Foods are the building blocks for our body. Whatever our body needs to do, it does it with the food we eat. If we eat fruits and vegetables, our new skin will be made of fruits and vegetables; if we eat McDonalds, our new skin will be made of McDonalds. So choosing your food carefully is essential to your healing.
What are my goals when I eat?
First, I aim to get the RDI of every essential vitamin and mineral. These are: Vitamin A, C, D, E, K, 8 different B vitamins, Calcium Chloride, Magnesium, Phosphorus, Potassium, Sodium, Chromium, Copper, Iodine, Iron, Manganese, Molybdenum, Selenium, Zinc). Read more here: https://www.health.harvard.edu/staying-healthy/listing_of_vitamins
Most vitamins I get enough of very easily, but after running my numbers for 2 weeks, Vitamin E, calcium and chromium I have to pay special attention to. Also, Vitamin A, C and E are the key building blocks in collagen production, so I’m always sure to get enough of those.
That’s micronutrients. We also need to think about macronutrients. These are: Fats, Proteins, and Carbohydrates.
For the purposes of TSW, I believe fats and proteins are what we should be focusing on. Carbohydrates mostly provide energy, but fats and protein provide building blocks for collagen and new skin cells. That is what we desperately need right now.
We also need to think about bioavailability. It’s fine to eat the right nutrients, but they also need to be bioavailable, meaning our body can actually use them. As a general rule, nutrients from animal foods will be more bioavailable than plant foods.
An example: Vitamin A is essential for collagen production. Carrots and sweet potato are popular sources of Vitamin A, but they don’t actually contain any Vitamin A. They contain beta-carotene, which our body then needs to convert to Vitamin A. However, animal products such as eggs and liver provide Vitamin A already in a fully bioavailable form. Why? Because the animal we are eating has already converted it for us.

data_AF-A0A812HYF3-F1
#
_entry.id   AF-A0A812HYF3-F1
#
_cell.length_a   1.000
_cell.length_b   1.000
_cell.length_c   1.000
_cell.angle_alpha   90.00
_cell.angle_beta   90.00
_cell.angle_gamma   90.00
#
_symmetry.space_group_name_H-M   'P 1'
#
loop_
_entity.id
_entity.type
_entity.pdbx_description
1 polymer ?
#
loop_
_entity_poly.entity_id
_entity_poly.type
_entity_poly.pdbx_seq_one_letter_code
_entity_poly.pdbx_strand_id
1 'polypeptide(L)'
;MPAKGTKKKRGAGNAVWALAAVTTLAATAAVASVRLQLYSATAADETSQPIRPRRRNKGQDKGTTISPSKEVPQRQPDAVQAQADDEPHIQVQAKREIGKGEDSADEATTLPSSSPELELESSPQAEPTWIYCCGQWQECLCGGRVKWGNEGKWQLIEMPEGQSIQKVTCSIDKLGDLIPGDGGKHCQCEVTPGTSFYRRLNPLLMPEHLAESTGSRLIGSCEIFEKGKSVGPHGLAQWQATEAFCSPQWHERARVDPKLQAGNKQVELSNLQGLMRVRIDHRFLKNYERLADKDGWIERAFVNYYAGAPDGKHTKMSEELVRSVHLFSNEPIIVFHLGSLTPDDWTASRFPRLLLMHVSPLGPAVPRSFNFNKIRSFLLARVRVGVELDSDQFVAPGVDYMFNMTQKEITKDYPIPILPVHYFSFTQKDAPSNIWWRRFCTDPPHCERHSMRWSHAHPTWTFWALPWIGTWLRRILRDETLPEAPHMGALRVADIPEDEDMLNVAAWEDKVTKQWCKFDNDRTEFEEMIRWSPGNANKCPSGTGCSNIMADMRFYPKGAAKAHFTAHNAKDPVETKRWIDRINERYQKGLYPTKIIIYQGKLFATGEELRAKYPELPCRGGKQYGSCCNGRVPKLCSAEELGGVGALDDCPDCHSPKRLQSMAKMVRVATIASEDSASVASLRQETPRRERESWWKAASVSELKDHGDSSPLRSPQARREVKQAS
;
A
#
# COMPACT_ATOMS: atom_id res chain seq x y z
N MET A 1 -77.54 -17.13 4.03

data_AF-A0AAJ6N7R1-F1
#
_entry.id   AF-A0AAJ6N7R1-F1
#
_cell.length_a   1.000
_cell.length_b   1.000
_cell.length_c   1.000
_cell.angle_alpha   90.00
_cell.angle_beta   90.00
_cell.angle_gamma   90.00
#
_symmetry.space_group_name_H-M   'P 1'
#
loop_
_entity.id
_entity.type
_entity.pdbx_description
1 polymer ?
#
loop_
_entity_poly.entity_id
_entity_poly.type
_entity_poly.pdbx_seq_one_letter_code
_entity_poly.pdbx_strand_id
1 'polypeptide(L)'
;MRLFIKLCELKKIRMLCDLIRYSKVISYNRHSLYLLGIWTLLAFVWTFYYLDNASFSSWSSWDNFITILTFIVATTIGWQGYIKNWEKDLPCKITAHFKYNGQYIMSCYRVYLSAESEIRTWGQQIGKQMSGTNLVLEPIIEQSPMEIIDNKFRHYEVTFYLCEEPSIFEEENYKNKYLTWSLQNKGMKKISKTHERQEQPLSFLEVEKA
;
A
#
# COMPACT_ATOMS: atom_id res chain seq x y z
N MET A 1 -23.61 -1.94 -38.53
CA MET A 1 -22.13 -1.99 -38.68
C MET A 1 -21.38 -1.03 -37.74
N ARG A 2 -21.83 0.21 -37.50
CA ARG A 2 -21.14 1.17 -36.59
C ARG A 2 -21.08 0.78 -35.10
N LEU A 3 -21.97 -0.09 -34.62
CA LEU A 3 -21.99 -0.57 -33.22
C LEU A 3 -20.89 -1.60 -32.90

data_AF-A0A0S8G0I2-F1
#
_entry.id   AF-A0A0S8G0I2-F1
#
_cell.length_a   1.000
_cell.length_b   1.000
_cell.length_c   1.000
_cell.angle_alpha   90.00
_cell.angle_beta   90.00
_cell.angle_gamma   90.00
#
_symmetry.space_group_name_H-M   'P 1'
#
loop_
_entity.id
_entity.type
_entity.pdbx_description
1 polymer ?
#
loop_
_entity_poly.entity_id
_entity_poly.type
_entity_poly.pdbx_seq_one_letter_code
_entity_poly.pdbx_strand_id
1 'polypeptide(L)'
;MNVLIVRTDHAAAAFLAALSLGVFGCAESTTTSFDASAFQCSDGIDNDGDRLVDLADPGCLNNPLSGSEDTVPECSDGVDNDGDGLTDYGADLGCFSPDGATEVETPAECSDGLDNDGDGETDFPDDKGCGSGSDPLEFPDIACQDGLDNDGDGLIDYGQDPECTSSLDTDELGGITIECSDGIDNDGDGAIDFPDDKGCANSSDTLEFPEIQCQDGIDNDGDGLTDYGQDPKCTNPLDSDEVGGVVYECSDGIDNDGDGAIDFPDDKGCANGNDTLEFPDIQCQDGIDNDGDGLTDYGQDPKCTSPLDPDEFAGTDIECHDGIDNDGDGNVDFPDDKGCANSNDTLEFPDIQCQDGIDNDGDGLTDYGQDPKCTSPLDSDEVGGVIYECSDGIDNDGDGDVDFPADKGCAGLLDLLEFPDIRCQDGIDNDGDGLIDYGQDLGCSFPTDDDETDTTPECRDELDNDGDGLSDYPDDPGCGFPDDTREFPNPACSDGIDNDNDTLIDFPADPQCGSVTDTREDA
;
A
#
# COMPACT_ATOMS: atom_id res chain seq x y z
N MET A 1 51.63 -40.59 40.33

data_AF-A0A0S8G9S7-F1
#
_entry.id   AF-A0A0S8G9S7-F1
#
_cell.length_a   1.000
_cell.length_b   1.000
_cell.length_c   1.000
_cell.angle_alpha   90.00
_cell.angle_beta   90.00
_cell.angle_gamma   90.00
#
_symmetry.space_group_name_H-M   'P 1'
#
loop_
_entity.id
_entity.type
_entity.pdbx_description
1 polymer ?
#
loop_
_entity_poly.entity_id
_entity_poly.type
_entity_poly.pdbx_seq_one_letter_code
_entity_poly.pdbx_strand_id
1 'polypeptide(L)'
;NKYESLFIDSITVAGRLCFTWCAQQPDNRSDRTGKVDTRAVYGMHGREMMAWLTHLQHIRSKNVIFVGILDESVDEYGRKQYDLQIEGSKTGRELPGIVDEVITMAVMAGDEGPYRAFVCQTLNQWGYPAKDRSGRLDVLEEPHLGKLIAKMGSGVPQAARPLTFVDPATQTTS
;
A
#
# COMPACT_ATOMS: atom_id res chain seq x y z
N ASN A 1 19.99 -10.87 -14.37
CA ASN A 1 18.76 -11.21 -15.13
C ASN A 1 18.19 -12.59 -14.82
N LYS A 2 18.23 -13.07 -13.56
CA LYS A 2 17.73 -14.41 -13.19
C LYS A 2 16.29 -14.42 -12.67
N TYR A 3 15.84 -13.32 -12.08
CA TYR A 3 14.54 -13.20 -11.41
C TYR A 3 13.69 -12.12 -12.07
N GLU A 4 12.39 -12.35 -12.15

The same goes with protein. Most plants contain proteins with incomplete amino acid profiles. We need to eat various plants to get all the amino acids and synthesize the protein into a form we can use. However, animal proteins are complete and ready for use by our bodies. Why? Because the animal we are eating has already synthesized it for us.
Most plants also contain various anti-nutrients, such as lectins and phytates, which prevent us from fully absorbing all their nutrients.
So with all that in mind, the goal is to get all essential vitamins/minerals, preferably from animal foods, in the form of fats and proteins.
What does this look like?
Below is an example of what I will eat in a day, and why
Meal 1: 150g oats (300g after cooking), plus 250g fruit.
I eat oats because they contain large amounts of almost every essential mineral (see my nutrient chart at the bottom of this post). I add a little almond milk for vitamin E and chia seeds for calcium. I add fruits high in Vitamin C, usually papaya, pineapple and blueberries. I also mix in a teaspoon of raw cacao powder (packed with minerals!)